Another petition seeks presidential form of government

Published November 10, 2020
Yet another petition was filed in the Supreme Court on Monday, seeking immediate holding of a referendum to introduce presidential form of government in the country. — Photo courtesy Supreme Court website/File
Yet another petition was filed in the Supreme Court on Monday, seeking immediate holding of a referendum to introduce presidential form of government in the country. — Photo courtesy Supreme Court website/File

ISLAMABAD: After a pause of a few months, yet another petition was filed in the Supreme Court on Monday, seeking immediate holding of a referendum to introduce presidential form of government in the country.

This time the petition was moved by Hafeez-ur-Rehman, a US-based Pakistani, through his counsel Khalid Abbas Khan, arguing that the people of Pakistan are not getting political justice and as a result they are also being denied economic and social justice.

Earlier, a number of petitions were filed in the Supreme Court on the same issue, but most of them were returned by the registrar office for not being entertainable.

In his petition, Mr Rehman argued that political justice had been denied to the people of Pakistan since 1947 because they were ruled by the political parties which got less than 51 per cent of popular vote.

For example, he said, ruling parties got 25.6pc, 32.7pc and 31.8pc of the popular vote in 2008, 2013 and 2018, respectively. This was against the basic principles of a democracy ruled by a majority, the petition contended, adding that in the presidential system, the president, governor and district mayor must take 51pc of the vote.

SC registrar office earlier returned most of such pleas for not being entertainable

“On the contrary, in the parliamentary system we elect legislators, but they also become executives. The people of Pakistan do not have the chance to elect their executives and legislators separately. Political justice is denied to the people of Pakistan. In the presidential system, people elect legislators and executives separately on the basis of their qualities,” the petition argued.

Moreover, it said, the parliamentary system encouraged polarisation in a society like Pakistan which was divided by language and religious sects. “This polarisation is proven by the results of parliamentary elections of 2008, 2013 and 2018. In the presidential system, any person from any province has the opportunity to gain the popular vote based on their own merits and this would diminish polarisation rooted in religious and linguistic sects,” the petition argued.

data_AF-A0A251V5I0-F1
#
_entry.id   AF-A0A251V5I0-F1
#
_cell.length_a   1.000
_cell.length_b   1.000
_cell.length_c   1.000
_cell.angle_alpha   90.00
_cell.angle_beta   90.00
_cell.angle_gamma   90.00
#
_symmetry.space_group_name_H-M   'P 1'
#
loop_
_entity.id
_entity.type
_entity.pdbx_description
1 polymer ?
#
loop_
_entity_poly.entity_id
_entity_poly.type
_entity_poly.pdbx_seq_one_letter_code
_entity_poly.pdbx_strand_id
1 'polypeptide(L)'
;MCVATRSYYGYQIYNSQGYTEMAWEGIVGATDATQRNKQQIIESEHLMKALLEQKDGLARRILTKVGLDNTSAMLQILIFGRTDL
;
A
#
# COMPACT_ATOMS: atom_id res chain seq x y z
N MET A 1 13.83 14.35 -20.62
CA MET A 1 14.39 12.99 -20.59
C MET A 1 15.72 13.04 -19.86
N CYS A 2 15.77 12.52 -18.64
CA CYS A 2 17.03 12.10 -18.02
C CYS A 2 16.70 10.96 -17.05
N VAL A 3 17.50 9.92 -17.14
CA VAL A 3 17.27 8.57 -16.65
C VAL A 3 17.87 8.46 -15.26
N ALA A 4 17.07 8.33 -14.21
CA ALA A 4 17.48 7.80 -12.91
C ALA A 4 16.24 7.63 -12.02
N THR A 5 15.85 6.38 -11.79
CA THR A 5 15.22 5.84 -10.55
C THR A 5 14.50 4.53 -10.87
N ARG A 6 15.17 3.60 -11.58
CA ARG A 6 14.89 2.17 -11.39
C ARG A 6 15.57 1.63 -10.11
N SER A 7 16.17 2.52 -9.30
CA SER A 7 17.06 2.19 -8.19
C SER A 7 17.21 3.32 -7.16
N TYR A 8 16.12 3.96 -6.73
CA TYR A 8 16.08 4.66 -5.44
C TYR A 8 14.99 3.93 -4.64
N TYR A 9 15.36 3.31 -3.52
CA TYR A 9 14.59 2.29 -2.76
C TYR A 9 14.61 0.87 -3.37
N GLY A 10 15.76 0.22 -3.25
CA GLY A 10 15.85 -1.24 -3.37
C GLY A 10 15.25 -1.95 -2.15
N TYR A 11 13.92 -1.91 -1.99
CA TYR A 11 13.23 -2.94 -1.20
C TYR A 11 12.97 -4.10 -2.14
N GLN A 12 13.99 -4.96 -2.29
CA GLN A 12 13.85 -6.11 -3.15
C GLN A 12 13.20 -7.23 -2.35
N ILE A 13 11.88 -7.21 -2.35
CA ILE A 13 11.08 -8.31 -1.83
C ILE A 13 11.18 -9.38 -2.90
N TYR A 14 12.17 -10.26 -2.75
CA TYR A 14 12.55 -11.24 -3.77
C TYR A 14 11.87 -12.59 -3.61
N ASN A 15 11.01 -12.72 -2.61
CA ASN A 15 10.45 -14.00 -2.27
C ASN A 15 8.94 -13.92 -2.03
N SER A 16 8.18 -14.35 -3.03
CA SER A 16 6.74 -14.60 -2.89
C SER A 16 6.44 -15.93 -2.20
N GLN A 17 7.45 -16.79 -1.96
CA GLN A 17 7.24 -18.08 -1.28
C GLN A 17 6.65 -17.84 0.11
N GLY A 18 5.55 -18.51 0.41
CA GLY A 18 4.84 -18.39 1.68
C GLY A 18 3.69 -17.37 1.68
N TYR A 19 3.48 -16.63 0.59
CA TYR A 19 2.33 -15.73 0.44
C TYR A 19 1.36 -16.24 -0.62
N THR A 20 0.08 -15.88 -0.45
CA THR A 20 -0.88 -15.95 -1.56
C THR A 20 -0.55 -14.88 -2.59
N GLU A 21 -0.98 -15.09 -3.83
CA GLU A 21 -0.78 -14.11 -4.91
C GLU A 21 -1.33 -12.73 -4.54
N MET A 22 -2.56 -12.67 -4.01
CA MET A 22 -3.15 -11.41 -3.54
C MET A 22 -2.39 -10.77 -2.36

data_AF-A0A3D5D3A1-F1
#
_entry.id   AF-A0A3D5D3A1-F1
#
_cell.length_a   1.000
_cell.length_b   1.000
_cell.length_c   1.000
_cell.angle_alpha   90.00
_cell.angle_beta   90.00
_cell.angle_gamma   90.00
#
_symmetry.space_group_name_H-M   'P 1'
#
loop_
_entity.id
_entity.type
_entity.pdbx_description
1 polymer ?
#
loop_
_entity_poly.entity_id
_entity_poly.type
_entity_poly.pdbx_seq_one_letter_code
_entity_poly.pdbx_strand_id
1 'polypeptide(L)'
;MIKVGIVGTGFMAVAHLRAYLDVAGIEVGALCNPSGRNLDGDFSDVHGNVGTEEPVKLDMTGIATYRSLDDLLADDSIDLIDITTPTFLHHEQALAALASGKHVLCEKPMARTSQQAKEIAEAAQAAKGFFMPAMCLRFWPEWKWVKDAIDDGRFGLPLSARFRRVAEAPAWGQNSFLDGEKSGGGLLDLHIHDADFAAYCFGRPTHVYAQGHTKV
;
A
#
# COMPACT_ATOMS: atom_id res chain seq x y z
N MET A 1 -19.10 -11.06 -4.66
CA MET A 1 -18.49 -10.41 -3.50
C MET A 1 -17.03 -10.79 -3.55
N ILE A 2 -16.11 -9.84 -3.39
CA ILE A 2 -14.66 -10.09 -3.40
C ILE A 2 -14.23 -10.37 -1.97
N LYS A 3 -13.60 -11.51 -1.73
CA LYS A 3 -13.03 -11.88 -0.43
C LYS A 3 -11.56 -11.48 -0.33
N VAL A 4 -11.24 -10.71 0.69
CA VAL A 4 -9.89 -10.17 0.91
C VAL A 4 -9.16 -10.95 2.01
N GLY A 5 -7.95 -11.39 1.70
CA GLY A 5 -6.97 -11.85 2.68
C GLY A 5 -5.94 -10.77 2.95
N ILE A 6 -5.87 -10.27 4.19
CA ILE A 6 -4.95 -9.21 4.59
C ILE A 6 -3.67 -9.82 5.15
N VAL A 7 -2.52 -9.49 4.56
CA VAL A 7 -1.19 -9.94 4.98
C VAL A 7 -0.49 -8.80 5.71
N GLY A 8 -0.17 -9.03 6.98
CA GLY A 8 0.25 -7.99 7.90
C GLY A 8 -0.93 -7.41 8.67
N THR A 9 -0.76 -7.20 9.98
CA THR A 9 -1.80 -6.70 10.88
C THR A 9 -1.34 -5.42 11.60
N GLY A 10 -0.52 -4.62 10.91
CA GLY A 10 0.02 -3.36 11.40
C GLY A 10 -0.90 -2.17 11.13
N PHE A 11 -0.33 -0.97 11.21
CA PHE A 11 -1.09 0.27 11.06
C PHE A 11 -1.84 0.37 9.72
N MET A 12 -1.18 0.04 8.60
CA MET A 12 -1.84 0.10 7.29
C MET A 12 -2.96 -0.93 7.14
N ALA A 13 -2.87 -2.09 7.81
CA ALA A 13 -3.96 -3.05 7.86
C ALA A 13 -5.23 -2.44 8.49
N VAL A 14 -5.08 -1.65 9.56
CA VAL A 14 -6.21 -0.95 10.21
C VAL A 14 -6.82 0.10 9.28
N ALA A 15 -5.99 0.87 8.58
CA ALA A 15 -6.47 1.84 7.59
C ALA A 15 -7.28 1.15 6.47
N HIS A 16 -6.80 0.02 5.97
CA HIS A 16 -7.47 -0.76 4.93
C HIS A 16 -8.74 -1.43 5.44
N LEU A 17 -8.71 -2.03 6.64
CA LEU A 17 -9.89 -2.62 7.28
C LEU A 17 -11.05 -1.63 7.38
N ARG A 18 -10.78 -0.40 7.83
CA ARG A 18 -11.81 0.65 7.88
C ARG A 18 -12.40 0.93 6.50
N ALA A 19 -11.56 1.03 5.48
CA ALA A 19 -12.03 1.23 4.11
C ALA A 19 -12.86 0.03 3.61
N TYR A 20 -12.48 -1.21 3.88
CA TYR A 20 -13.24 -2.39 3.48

It said that about 25pc of special seats in parliament were rooted in legal corruption and unjust to the people of Pakistan, thus denying political justice to the people of Pakistan, whereas in the presidential system, there would be no special seats in parliament.

The petition said the indirect election of senators cheated the people by not including their direct votes. “Pakistan is a federation and roll-off senate is necessary to keep the federation strong. In the presidential system, there will be a direct election of senators.”

The petition emphasised that the current Senate had less power, resulting in a weaker federation, whereas in the presidential system, the Senate would be more powerful, keeping the federation strong.

“In the current parliamentary system, independently elected MNAs and MPAs sell their loyalty and convert a majority party into a minority party like in 2018 Punjab election results. There will not be any independent candidates without a political party in the presidential system. By-election in the parliamentary system wastes time and money at the expense of the people of Pakistan, whereas there will be no by-election in the presidential system,” it said.

The petitioner believed that the presidential system stood to bring more unity to a multi-ethnic, multi-linguistic country like Pakistan. “This form of system has been established in many countries around the world, including the United States. This also allows any Pakistani citizen with charisma, better policies, and a good team to possibly become the president to make the federation stronger with a powerful Senate and equality between the provinces,” the petition argued.

“In the past 30 years, most of the countries that have been created have a presidential system,” the petition said, adding that the executive, legislative and judiciary were three key parallel components of the presidential system, which allowed check and balance and prevented abuse of power.

“The president, governors and district mayors can also more effectively provide good governance at federal, state and district levels; besides, the president enjoys free hand in picking and appointing qualified and capable cabinet members,” the petition said.

Published in Dawn, November 10th, 2020

Opinion

Editorial

Delay in the offing?
Updated 03 Feb, 2023

Delay in the offing?

Govt must realise that political stability in the country cannot be achieved by extra-constitutional actions.
Divisions in PML-N
03 Feb, 2023

Divisions in PML-N

DISCORD and drama in PML-N ranks escalated this week when Shahid Khaqan Abbasi revealed he no longer holds a party...
Wikipedia ‘downgrade’
03 Feb, 2023

Wikipedia ‘downgrade’

ATTEMPTS to police the internet by states, often by giving opaque justifications for the action, are never a good...
Mianwali raid
Updated 02 Feb, 2023

Mianwali raid

The military needs to share intelligence with civilian agencies to neutralise the militant menace nationwide.
Corruption unlimited
02 Feb, 2023

Corruption unlimited

PAKISTAN’S consistent slide on Transparency International’s Corruption Perceptions Index over the last several...
Women police officers
02 Feb, 2023

Women police officers

IN a heartening development, a second female police officer has been appointed as DPO in Attock, weeks after the...